On August 8th, Tinder Tales Live at Gladstone Hotel will feature a special Q&A with Kat Lyadova, co-author of Dating Vandalized; the book that documents Kat’s journey through Tinder in Toronto. If you are actively using and downloading dating apps, you know how time consuming it can be; creating a profile, browsing through potential matches, conversing with said matches and (dare I say) actually going on dates. Only to find that 9 times out of 10 (not an actual statistic), your time is wasted.
Kat, being the business minded gal that she is, decided to outsource her online dating to a dating manager and a bot. After all, it’s a numbers game, right? She got someone else to manage her Tinder profile, do the swiping and the chatting, and schedule her dates. All she had to do, was show up.
Dating Vandalized is a true Tinder tale. Swiping through the suits, the designers, the lawyers, the musicians, the artists, Kat and co-author Melissa Hughes, accurately depict the Toronto dating pool.
One of my favourite parts of Dating Vandalized is how genuinely Toronto it is. The book takes us through familiar city streets and dive bars we frequent with vivid descriptions of dimly lit rooms and quirky interiors, making the reader can feel like they are on the date themselves (whether that’s a good thing or a bad thing is for you to decide).
Throughout the book, Kat struggles with her Tinder ghost “Jamie.” You know, the man of our dreams we meet on Tinder, spend months talking to and hanging out with, thinking “he’s the one” until suddenly, he vanishes. But as Kat says, “This isn’t about him though (that fucker).”
There is a line in Dating Vandalized that I found held very true and is often something we fail to grasp. We are not meant to be someone’s other half. You have to find yourself as a whole. This was something Kat says she only discovered a few years ago.
“You have to be in the right mindset and have your own life. If you’re single and you think that a relationship is what you need to be happy, you’re very very wrong. People should avoid getting into a relationship because of social pressures or because they feel they need to be in one. [I think] The notion stems from old school romanticism. The idea that we have to find our one soulmate to live happily ever after. That’s just not how it works. It’s important for each person to have developed their own lives, their own hobbies, their own social circle.”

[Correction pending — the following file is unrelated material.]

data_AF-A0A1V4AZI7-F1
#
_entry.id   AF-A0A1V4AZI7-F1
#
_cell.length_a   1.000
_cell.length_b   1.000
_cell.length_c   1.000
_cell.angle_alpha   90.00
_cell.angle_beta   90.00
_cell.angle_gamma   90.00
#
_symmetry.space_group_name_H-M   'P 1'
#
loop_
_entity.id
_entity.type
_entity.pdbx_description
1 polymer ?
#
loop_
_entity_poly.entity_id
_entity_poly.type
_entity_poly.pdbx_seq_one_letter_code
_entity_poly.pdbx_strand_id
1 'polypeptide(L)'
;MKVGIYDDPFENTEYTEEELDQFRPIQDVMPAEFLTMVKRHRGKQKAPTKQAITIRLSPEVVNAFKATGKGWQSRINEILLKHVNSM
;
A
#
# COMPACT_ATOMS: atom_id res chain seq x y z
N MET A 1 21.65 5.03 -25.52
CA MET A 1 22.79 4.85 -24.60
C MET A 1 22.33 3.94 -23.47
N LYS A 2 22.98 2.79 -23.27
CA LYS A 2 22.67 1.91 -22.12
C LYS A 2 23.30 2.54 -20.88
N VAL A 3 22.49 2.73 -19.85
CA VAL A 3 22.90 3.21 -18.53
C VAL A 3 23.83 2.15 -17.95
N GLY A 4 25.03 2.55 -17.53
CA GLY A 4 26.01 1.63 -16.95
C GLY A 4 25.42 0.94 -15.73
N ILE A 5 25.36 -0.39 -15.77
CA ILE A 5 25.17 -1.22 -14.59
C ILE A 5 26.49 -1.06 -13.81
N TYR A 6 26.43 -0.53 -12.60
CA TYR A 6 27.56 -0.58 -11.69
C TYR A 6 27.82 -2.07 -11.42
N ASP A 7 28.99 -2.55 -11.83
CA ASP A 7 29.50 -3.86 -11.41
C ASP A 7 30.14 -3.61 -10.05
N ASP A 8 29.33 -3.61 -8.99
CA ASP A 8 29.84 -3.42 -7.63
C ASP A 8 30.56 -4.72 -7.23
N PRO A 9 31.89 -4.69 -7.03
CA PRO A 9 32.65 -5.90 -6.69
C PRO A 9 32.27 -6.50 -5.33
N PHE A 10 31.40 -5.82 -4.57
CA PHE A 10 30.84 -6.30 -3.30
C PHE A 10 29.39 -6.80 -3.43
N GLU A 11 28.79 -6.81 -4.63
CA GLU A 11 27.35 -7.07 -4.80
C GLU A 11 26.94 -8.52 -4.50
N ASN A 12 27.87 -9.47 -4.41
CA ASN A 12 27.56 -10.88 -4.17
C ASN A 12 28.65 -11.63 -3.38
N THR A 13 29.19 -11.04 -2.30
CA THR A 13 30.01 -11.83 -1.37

I had the chance to sit down with Kat a few weeks ago and ask her a few of my own questions:
“Apps are a bit like getting up high so you can see everything. You lose detail and immediacy but you can see the whole sweep of the landscape – what’s out there for the taking. And maybe it heightens your ego, too.”
Can you explain this metaphor a bit more?
Apps give you access to more people who aren’t in your social circle. You get to see all of the options that are otherwise unavailable to you. You get to see people at your fingertips who could be anywhere. You swipe, and who knows what could happen. Apps create the illusion that there are plenty of fish in the sea. If it doesn’t work out, there’s always something else. It’s addicting and gives you validation. An ego boost. Most people don’t want to go deep. It’s based on accomplishments and appearance.
You started off with some very basic initial requests. You told your dating manager to look for men who “sound decent” and who “have a sense of humour.” How did this experiment help you learn more about yourself and what you’re looking for?
I realized I had developed a “type”. I just never had to communicate it before. Most “normal” people don’t create a spreadsheet for online dating criteria (Kat laughs). It’s a great excerise and can help you discover what you like, why you like it, and will help you ask the right questions when dating. It’s not set in stone, you can change it as you learn more about yourself and others. For me, I found that I can determine a lot about something by their travelling style. For example, all-inclusive vs. adventure travel can say a lot about a person.
So, did your Tinder ghost ever get back to you?
He texted me after he read the book to apologize (on my birthday!) saying “We need to talk”. He was two years late to the party. Anyways, I gave him my availability and after some back and forth he decided he was too busy. He wanted to make himself feel better and I think he achieved that.
You can still get your tickets to Tinder Tales Live with Dating Vandalized TOMORROW August 8th at Gladstone Hotel. We have a line up of storytellers sharing their own dating tales and a special half-time Q & A where you the audience can ask Kat all about her experiment and purchase your own copy of her book. You can also get $5 off your paper copy when you order it online at http://www.datingvandalized.com with the promo code “tindertales”.